Hemangioma

 

 

Hemangioma

A hemangioma is a benign vascular tumor that may be present at birth or appear shortly after birth.  It may grow rapidly from a small pin sized red dot to a large mass (tumor) during the first few months of life.  The tumors are composed of small blood vessels (capillaries) that may ulcerate causing pain or may even bleed.  Most fade away to a fleshy colored fatty mass in later childhood (5-7yrs old) but often require surgical excision to improve the contour of the affected area.  Medical treatment may involve a medication called propanolol to induce regression in areas where surgical treatment is not optimal. Laser treatment can also be used but since it only penetrates about 1mm, it is not optimal for thicker tumors.

    Medical Treatment: Propanolol

  
Initially used to treat cardiac problems an amazing side effect of reducing the size of large hemangiomas was noted.  Propanolol is now the gold standard for the treatment of complicated hemangiomas.  Hospital admission for administering the drug is required for monitoring , and the results can be dramatic.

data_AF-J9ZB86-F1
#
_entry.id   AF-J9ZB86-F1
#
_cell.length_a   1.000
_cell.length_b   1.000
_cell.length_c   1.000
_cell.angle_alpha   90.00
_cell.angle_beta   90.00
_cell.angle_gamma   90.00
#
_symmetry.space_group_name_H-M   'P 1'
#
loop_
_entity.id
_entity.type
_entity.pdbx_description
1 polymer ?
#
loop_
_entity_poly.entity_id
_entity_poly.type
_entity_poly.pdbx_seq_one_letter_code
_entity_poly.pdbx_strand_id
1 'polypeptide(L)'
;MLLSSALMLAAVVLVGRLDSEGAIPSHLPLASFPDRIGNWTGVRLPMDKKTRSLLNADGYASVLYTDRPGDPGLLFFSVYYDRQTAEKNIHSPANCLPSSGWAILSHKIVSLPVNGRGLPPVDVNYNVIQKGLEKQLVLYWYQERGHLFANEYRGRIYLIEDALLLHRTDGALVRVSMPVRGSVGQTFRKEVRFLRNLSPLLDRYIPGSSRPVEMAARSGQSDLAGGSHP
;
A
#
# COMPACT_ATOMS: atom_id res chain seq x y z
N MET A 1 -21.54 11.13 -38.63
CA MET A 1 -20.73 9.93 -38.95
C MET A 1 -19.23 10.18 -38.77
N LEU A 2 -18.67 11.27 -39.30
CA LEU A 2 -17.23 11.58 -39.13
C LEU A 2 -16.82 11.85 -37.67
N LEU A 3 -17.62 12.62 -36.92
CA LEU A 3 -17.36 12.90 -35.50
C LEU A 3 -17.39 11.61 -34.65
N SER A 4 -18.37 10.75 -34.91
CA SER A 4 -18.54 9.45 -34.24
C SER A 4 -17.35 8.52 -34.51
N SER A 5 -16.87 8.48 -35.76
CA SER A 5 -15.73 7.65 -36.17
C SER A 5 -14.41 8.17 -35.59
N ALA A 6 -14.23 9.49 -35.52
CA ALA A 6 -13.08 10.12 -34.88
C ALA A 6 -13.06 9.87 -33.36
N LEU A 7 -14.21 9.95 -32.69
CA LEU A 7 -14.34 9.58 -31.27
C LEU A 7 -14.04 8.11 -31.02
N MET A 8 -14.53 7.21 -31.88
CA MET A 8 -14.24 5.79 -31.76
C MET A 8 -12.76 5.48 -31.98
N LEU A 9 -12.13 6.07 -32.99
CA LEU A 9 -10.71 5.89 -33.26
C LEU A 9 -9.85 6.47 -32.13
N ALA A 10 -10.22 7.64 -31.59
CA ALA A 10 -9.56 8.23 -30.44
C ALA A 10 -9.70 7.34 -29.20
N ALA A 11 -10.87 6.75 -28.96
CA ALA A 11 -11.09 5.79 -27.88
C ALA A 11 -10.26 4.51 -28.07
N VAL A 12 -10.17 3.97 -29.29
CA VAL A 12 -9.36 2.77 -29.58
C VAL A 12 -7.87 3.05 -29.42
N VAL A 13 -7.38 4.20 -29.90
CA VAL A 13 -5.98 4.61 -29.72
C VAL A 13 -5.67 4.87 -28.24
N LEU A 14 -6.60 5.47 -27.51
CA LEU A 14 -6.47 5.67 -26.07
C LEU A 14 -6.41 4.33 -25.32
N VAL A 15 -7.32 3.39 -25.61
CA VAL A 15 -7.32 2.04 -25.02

Surgical Treatment:

Removal of all, or part of the hemagioma is the goal of surgery.  Surgery is indicated for hemagiomas that may bleed or are painful, are unsightly, or that are causing deformation of neighboring normal anatomic structures.

 

 

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Pre-Treatment Hemangioma

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Post-propanolol and adjunctive surgical debulking

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Dr. Nicholas Bastidas is a plastic and reconstructive surgeon specializing in the treatment of pediatric and adult craniofacial, cleft and vascular abnormalities. Dr. Bastidas is a leader in craniofacial surgical procedures and serves the Long Island and greater New York region. Call us today at (516) 497-7900. We are looking forward to serving you and your family.